Blog Archive

About the mother and child pictured at the top

On February 21, 1992, Rhode Island Family Court's Chief Judge Jeremiah Jeremiah gave this two-year-old to the sole custody and possession of her father despite his history of domestic violence and failure to pay child support. The father, a police officer, brought false charges against his ex-wife, first saying she was a drug addict. (Twenty-two random tests proved she was not.) Then he had her arrested for bank fraud, then for filing a false report, then for sexual abuse, then for kidnapping. None of his charges stuck.

The child remained with her father and stepmother until 2003, when, at 14, she finally realized that her mother had not been a drug addict. The teenager persuaded Judge Stephen Capineri to let her return to her mother. There she began working on the painful issues of lifelong coercion and deception--a tangled knot of guilt and rage. Most painful has been her father’s continuing refusal to let her visit two dearly loved half-sisters, whom she has not seen since 2003.

She is one of countless children in Rhode Island subjected to severe emotional and physical trauma by Family Court when it helps abusive parents to maintain control over their families after divorce. When she turned 18 in 2007, she gave the Parenting Project permission to publish her picture on behalf of all children who have been held hostage by Rhode Island custody scams.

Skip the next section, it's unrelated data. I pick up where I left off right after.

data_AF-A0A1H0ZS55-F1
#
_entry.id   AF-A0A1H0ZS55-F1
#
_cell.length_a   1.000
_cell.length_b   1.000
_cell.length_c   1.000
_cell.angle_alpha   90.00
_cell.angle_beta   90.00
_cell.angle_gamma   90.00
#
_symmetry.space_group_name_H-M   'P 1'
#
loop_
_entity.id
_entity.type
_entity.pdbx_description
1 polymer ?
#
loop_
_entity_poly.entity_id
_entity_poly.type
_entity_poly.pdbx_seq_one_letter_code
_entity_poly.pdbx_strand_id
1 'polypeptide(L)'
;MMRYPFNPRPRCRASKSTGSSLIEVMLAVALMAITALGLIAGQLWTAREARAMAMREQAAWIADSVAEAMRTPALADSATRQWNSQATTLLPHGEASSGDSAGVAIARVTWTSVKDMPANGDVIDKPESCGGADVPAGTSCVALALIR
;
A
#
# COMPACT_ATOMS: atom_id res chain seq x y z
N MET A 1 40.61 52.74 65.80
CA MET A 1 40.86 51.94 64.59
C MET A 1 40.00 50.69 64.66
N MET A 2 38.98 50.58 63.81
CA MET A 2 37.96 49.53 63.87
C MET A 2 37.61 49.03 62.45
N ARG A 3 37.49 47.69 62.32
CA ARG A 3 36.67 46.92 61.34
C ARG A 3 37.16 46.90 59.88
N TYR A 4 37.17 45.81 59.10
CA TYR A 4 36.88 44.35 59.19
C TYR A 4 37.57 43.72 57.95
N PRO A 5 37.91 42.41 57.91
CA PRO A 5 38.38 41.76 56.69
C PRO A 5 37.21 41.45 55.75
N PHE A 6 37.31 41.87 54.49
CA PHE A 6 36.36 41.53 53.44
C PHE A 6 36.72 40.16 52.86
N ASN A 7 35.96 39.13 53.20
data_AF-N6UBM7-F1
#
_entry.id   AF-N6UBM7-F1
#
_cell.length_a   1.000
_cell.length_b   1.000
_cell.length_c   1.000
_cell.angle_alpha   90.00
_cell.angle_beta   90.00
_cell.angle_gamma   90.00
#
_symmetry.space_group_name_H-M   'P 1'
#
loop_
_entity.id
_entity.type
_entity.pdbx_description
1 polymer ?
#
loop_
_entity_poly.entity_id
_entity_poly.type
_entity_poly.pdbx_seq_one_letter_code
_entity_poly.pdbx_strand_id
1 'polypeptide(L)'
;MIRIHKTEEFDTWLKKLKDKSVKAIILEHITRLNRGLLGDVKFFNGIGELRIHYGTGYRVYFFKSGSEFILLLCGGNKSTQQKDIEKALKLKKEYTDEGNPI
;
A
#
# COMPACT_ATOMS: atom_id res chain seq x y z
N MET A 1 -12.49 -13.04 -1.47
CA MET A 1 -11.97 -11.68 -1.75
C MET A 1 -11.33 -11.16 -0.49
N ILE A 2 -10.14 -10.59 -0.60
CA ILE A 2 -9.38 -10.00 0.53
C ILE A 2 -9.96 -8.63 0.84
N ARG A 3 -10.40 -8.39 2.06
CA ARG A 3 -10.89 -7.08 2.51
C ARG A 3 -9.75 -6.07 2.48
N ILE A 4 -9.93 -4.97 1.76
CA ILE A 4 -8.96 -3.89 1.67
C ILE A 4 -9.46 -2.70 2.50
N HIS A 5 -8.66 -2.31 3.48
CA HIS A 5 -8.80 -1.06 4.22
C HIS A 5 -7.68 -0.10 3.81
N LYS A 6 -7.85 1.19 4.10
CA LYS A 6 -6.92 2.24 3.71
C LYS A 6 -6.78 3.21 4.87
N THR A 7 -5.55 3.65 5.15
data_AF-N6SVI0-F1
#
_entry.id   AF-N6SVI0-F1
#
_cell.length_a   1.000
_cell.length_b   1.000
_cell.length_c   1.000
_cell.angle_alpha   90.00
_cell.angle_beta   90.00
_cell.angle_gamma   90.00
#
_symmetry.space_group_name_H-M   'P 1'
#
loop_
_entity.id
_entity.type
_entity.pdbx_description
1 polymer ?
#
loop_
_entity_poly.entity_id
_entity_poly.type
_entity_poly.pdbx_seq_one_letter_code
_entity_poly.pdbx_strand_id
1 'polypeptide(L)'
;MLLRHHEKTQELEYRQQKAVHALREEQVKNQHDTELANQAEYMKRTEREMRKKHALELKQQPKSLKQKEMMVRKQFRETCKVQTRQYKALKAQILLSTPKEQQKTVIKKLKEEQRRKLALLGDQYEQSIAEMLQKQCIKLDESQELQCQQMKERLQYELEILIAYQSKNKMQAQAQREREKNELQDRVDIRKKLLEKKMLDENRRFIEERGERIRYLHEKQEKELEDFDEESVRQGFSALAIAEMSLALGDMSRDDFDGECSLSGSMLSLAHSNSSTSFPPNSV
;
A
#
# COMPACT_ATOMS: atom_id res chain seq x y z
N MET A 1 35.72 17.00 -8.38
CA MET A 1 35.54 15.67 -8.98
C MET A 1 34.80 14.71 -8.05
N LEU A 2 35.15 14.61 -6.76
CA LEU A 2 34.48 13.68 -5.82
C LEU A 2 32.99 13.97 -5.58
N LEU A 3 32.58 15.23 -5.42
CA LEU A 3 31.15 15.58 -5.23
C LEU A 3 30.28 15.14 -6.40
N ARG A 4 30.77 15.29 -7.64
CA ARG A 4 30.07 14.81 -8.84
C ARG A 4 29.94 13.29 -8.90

We are using this blog to provide links to stories that will help concerned people, including government officials, become aware of this form of child abuse and legal abuse. We must work together to improve the courts' ability to recognize the signs of post-traumatic stress disorder (PTSD) in victims of domestic abuse who are trying to protect their children.

PLEASE NOTE: If you are looking for the story of the removal of "Molly and Sara," please visit

About the Author and the Cause

Parenting Project is a volunteer community service begun in 1996 at Mathewson Street United Methodist Church, Providence, RI, to focus on the needs of children at risk in Family Court custody cases. Our goal is to make Rhode Island's child protective system more effective, transparent, and accountable.

The Parenting Project coordinator, Anne Grant, a retired minister and former executive director of Rhode Island's largest shelter for battered women and their children, researches and writes about official actions that endanger children and the parents who try to protect them. She wrote a chapter on Rhode Island in Domestic Violence, Abuse, and Child Custody: Legal Strategies and Policy Issues, ed. Mo Therese Hannah, PhD, and Barry Goldstein, JD (Civic Research Institute, 2010).

Comments and corrections on anything written here may be sent in an email with no attachments to

Find out more about the crisis in custody courts here: provides forensic resources to end violence against women

about domestic violence in hague custody cases:

more about domestic violence in law enforcement: